Chargers news was a trial balloon, a P.R. blunder, or both

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It is true that the Chargers have told Commissioner Roger Goodell and multiple owners that the team will move to Los Angeles. It is also true that the team does not regard the decision as final because it has not been officially communicated to the team’s staff or to the relevant public officials.

The end result is one of two realities. Providing information that the organization had to know would be leaked represented a deliberate trial balloon or a P.R. debacle. Possibly, both.

Having the news get out via outsiders who blabbed to multiple reporters is no way to properly disengage with local customers on whom the Chargers may rely to make the drive from time to time to Inglewood. Unless the last-ditch effort to stay in San Diego wasn’t waiting for the outcome of Wednesday’s joint meeting of the NFL’s stadium and finance committees but monitoring the reaction in San Diego and Los Angeles to the news of a move.

Will this final, not-final threat to leave be the I’ll-turn-this-car-around-right-now moment that convinces the kids that the car really will be turned around? If there’s ever going to be a local solution, getting out the word of a relocation while the relocation can still be reversed would be the best way to give the tree one final, violent shake.

The leak also gives the Chargers a chance to see how they’d be welcomed in L.A. Based on this column from Bill Plaschke of the L.A. Times, the arms (and thus the wallets) aren’t wide open. The next question is whether calls from 310 and related area codes will instantly be made to the Chargers’ ticket office on Thursday morning with ticket inquiries for the 30,000-seat StubHub Center.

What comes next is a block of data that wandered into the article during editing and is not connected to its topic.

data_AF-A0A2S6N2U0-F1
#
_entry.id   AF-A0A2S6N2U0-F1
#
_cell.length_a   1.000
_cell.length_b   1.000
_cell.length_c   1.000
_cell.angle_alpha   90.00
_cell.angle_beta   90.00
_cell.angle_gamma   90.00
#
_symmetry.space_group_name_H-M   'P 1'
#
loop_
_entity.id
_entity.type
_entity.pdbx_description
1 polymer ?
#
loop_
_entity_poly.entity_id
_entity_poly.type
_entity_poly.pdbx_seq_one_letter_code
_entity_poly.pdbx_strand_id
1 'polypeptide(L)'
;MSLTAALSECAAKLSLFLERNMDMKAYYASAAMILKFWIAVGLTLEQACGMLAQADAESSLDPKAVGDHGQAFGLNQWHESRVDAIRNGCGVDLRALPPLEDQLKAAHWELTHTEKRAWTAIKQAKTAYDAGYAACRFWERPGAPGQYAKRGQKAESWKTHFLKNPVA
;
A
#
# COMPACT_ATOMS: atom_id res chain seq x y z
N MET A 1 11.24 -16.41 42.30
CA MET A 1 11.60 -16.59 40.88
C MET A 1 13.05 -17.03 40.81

It’s also possible that the Chargers are indeed leaving with no chance of staying and that, after months and years of uncertainty and negotiation and failed efforts to build a local stadium and planning for this specific moment, the Chargers poorly miscalculated the reality that telling Goodell and multiple owners that a move is coming would quickly make its way to the media.

Regardless, a moment that many saw coming (and it’s cute to see those who saw it coming try to claim credit for being right all along after getting scooped last night) is now here. Sort of. Kind of. Not officially yet.

Which means that the Chargers either handled it poorly. Or brilliantly. Or both.

39 responses to “Chargers news was a trial balloon, a P.R. blunder, or both

  1. This whole thing has been a debacle from the beginning. What poor management the Chargers have. I feel sorry for the fans in San Diego, who are getting shafted.

  2. I’m going to count to 3!

    1…….2…….2 and 1/2…….2 and 3/4……2 and 7/8…….

    Okay, this is it! I’m going to count to 5!

    1……..2………3………4……..4 and 1/2…….4 and 3/4……..4 and 7/8……